Degradation and conversion of tropical forests to agriculture, plantations, or secondary forests reduce their biodiversity values considerably (Gibson et al., 2011). However, increasing demands on land resources means that there is limited scope for expanding terrestrial protected area coverage on privately owned land (Jenkins and Joppa, 2009; Venter et al., 2014). Thus, the long-term persistence of many mammalian species depends on their capacity to survive in modified landscapes and the ability of human societies to coexist with wildlife in such heterogeneous landscapes (Perfecto et al., 1997; Rosenzweig, 2003; Bhagwat et al., 2008; Gardner et al., 2009). Improved management of agro-plantation landscapes, especially when in proximity to native forests, is urgently required in the tropics to enhance their conservation value for native biodiversity (Azhar et al., 2011, 2013; Mone et al., 2014). Agro-forestry plantations could play a supplementary role in conservation if managed within a mosaic of natural habitats (Chazdon, 2008; Chazdon et al., 2009).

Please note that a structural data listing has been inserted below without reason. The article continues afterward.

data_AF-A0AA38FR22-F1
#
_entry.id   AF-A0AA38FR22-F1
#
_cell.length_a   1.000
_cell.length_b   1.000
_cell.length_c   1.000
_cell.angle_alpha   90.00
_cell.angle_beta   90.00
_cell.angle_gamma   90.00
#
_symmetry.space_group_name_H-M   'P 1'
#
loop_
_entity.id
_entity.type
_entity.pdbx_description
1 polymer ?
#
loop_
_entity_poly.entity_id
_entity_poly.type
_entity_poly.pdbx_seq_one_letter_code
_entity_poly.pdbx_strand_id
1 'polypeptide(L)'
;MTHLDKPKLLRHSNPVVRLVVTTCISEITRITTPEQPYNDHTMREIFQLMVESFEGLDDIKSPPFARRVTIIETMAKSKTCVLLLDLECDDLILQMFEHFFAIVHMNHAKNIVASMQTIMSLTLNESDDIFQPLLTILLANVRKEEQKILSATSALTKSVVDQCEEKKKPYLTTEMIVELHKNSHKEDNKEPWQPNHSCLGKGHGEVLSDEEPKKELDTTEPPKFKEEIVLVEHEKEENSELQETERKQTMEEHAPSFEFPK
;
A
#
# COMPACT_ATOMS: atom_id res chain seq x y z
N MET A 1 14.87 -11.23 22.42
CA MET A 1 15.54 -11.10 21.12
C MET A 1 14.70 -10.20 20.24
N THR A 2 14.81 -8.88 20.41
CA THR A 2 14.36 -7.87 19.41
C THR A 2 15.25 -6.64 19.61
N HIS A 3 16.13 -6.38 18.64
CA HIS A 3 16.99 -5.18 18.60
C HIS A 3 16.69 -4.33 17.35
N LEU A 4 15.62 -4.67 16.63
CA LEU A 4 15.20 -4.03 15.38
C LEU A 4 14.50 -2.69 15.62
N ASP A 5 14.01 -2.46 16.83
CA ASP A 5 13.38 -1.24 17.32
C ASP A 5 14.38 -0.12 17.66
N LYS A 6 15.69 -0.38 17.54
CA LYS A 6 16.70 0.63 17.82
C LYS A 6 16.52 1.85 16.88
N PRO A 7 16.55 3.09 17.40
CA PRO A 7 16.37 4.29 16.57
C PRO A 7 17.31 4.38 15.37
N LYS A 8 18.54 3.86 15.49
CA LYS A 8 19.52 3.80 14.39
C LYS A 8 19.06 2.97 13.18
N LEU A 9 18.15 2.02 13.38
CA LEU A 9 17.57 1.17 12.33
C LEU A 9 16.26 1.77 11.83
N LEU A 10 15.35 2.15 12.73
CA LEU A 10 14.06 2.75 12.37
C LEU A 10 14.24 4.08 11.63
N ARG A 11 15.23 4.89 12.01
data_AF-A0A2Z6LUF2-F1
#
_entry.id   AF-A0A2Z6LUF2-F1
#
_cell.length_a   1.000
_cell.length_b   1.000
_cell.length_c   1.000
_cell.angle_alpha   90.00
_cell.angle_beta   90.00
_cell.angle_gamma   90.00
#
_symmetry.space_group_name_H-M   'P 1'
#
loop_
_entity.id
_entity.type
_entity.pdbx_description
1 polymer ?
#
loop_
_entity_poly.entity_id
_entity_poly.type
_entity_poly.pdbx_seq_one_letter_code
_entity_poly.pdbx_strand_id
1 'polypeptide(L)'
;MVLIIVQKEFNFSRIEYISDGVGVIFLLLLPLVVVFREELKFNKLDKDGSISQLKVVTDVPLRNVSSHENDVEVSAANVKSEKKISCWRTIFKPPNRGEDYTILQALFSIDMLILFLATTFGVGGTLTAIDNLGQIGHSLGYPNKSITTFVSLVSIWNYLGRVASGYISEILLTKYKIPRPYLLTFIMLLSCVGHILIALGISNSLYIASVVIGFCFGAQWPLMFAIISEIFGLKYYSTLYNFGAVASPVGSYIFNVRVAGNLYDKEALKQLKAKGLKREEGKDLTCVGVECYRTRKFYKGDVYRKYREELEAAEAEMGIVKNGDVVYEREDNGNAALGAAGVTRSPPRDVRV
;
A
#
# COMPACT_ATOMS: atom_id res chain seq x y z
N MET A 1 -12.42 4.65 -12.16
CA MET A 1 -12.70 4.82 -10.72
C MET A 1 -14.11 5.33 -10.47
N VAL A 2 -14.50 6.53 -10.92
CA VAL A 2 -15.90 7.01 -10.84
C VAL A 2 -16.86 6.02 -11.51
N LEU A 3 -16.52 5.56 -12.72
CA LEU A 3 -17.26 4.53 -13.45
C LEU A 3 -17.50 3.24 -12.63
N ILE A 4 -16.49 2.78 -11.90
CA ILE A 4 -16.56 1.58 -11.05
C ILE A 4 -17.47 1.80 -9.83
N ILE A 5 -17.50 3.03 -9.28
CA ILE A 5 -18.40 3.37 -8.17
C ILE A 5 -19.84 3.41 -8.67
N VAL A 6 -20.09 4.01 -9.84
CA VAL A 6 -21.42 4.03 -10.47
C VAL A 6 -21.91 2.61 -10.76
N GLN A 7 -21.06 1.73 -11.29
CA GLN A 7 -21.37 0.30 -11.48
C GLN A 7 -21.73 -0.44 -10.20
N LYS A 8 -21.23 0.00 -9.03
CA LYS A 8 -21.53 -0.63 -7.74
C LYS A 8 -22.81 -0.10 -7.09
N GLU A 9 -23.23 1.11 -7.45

Occurrence and habitat use of wild mammals in tropical agro-plantations can vary significantly depending on factors such as proximity to remnant forest patches, native vegetation, and extent of human management or disturbance. Coffee (Coffea sp.) plantations in proximity to forests and under natural shade harbor a large subset of the diversity that occurs in adjoining forests (Bali et al., 2007; Bhagwat et al., 2008; Caudill et al., 2015). Palm oil (Elaeis guineensis) generally fails to support mammalian diversity (Yue et al., 2015), but the retention of riparian corridors, proximity to forested habitat, and undergrowth supported mammalian habitat use to some extent in oil palm (Pardo et al., 2019). Intensively managed rubber plantations (Hevea brasiliensis) also support much smaller subsets of mammalian diversity than forests (Phommexay et al., 2011; Warren-Thomas et al., 2015). This gives the impression that animal responses vary based on management regimes used within production landscapes.